PLANT CITY — Chancy's Catfish Shack lies all by itself off Interstate 4, a cozy respite surrounded by trees dripping Spanish moss. Signs by the cash register establish the ground rules when you walk in: "NO debit/credit cards — cash or check only."
Meeting friends at Chancy's? Your group will be seated once everyone in your party has arrived and not before.
The signs are reminiscent of the restaurant's co-founder, Evelyn Chancy, as is the hospitality. She guided herself by the old ways and standards, and never saw a reason to change.
Mrs. Chancy started the restaurant 20 years ago with her husband, Marshal. She was his right arm, sometimes as an enforcer of his rules, other times as a softening influence. She balanced the needs of her husband, customers and employees the way a waitress balances several plates on her wrists.
"Mrs. C," as she was known to regulars, a lifelong resident of Plant City who believed in the power of prayer, died March 13, after months of declining health. She was 83.
"She'd always say, 'Everything will be all right, everything will be all right," said Melinda Cothron, a former employee and current owner, smoking a cigarette at one of the picnic tables out back. What that meant, Cothron thinks, was that "if you pray enough, you will get what you want."
As she spoke, five feral cats lurked nearby. Cothron adopted them after she took over the restaurant and had them spayed or neutered.
When Mrs. C was running the show, she greeted customers with a smile and a "How're you doing?"
Just like family.
She led them to tables with bright and varied tablecloths and country-style oak chairs. Chancy's serves small-town charm and plenty of fried food — fried okra, fried green tomatoes, fried gator and mullet, and, of course, fried catfish.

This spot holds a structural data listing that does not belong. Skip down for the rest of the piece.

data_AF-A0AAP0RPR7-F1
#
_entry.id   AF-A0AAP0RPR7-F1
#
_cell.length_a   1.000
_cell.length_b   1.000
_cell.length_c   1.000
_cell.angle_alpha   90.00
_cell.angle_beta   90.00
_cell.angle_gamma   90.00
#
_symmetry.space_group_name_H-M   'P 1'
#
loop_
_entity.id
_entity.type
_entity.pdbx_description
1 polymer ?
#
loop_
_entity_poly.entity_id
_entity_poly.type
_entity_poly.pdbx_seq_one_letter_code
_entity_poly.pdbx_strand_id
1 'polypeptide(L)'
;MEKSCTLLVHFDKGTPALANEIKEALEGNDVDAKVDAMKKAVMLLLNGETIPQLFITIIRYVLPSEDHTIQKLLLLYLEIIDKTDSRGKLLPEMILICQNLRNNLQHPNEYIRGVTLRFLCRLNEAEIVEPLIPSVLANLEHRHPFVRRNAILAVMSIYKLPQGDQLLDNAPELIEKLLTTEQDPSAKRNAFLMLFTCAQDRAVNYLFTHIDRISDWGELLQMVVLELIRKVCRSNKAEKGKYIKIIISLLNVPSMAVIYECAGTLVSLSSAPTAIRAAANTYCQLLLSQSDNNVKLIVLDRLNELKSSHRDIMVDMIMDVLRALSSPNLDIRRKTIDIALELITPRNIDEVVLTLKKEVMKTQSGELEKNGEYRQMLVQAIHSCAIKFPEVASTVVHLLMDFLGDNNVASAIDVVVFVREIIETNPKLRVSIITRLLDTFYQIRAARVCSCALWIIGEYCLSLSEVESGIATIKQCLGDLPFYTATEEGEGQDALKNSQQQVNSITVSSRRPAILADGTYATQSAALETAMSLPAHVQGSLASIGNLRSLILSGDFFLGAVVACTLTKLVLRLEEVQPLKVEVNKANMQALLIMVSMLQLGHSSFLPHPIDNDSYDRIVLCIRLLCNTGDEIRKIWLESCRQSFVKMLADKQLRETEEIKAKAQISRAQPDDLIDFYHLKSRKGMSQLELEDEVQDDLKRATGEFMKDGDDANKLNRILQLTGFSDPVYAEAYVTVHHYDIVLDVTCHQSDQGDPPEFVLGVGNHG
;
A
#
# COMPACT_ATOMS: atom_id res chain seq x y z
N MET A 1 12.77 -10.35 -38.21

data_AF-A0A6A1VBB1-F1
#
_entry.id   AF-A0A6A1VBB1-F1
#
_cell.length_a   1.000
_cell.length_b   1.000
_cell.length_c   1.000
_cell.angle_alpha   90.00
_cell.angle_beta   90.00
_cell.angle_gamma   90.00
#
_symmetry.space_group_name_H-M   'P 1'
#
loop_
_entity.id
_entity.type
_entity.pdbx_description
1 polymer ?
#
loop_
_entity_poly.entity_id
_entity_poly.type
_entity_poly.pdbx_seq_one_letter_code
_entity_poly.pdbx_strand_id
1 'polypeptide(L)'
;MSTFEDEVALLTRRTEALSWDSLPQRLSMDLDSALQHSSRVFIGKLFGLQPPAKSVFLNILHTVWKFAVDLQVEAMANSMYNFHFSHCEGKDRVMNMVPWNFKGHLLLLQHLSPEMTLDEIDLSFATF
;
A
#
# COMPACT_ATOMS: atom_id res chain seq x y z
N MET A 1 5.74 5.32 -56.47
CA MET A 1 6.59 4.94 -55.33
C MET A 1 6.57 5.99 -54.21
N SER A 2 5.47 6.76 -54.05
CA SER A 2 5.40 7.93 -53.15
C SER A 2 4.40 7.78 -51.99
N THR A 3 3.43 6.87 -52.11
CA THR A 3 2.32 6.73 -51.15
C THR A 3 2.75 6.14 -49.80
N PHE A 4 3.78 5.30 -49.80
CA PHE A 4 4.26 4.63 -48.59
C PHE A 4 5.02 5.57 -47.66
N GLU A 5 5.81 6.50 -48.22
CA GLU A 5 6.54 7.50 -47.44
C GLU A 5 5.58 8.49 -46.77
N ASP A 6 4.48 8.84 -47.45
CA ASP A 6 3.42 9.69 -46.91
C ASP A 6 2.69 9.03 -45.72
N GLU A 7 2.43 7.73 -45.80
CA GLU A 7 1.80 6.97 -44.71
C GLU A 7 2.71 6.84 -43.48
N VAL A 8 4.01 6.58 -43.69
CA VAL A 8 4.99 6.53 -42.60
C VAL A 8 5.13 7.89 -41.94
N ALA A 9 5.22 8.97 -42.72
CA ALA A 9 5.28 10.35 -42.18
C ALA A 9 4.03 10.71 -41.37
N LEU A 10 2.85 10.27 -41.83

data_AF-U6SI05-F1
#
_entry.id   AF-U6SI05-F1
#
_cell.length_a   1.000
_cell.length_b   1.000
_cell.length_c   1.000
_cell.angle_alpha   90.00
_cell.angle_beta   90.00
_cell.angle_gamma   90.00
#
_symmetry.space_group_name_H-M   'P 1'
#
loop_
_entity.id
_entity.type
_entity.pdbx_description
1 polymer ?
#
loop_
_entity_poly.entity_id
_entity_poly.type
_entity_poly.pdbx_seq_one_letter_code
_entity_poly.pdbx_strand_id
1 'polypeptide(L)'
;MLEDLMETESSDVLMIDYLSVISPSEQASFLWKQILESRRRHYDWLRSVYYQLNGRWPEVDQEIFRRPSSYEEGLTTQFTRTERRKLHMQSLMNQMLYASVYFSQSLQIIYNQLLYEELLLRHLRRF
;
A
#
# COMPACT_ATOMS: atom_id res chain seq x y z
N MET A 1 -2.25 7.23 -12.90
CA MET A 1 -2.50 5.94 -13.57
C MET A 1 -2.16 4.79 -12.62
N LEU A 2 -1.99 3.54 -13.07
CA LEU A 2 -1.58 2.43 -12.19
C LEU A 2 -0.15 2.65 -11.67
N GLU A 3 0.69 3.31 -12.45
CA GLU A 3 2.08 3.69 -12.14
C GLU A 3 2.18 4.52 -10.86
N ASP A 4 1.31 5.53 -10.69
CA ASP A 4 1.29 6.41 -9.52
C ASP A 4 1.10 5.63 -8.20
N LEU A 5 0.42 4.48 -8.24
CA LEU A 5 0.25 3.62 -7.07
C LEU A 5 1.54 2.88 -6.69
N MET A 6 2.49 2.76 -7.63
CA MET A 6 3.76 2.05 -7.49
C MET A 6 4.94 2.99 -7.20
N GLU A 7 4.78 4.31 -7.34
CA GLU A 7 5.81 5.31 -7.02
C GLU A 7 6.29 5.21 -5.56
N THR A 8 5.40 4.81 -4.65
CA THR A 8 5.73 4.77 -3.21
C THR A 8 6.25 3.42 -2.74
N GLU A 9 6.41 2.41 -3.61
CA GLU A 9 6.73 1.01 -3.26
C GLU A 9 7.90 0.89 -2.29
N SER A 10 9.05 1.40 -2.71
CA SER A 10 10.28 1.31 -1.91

You can wet your barbecue whistle here, too. A rack of baby back ribs runs $14.95.
For her part, Mrs. C enjoyed four or five fried oysters — no sauce, no lemon — and a glass of red wine.
She could be tough on her family of employees, and once searched Cothron as she was leaving the restaurant.
"She said, 'I want to see what you're taking home with you,' " said Cothron, 58. "But she never stopped smiling when she did it.
"That was the beginning of the trust."
Ruth Evelyn Roberts was born in Plant City. She taught her younger siblings the ABCs and numbers before they went to school. She worked for years as a telephone operator, where she displayed a phenomenal ability to remember names.
She married Marshal Chancy, a banker and farmer who believed right is right, a man known to rake the ground in search of a dropped quarter.
But he adored his wife.
"You have no idea how she's calmed him down over these years," Cothron said.
Her faith helped her weather tragedies, including the loss of both sons. Jay Chancy was electrocuted while in his 20s in a freak accident, Cothron said.
In 2004, according to sheriff's reports, an intruder entered the couple's home at 4:45 a.m. and stole several items. The intruder also struck Mr. and Mrs. Chancy.
Wayne Chancy, Mrs. Chancy's other son and a longtime presence at the restaurant, died in February at 58 after a string of health problems.
Mrs. Chancy kept the faith, and her smile.
In recent years, she and Marshal sat on the restaurant's back porch holding hands and stealing the occasional kiss.
Sometimes employees worried about Mrs. C falling on the plank walkway out back. They reached out to steady her.
"It's all right," Mrs. C replied with a wave. "I'm just doing the Chancy Shuffle."
Then she put one foot in front of the other, arms balancing at her sides, and wobbled to the plastic chair next to her husband's.
Andrew Meacham can be reached at (727) 892-2248 or firstname.lastname@example.org.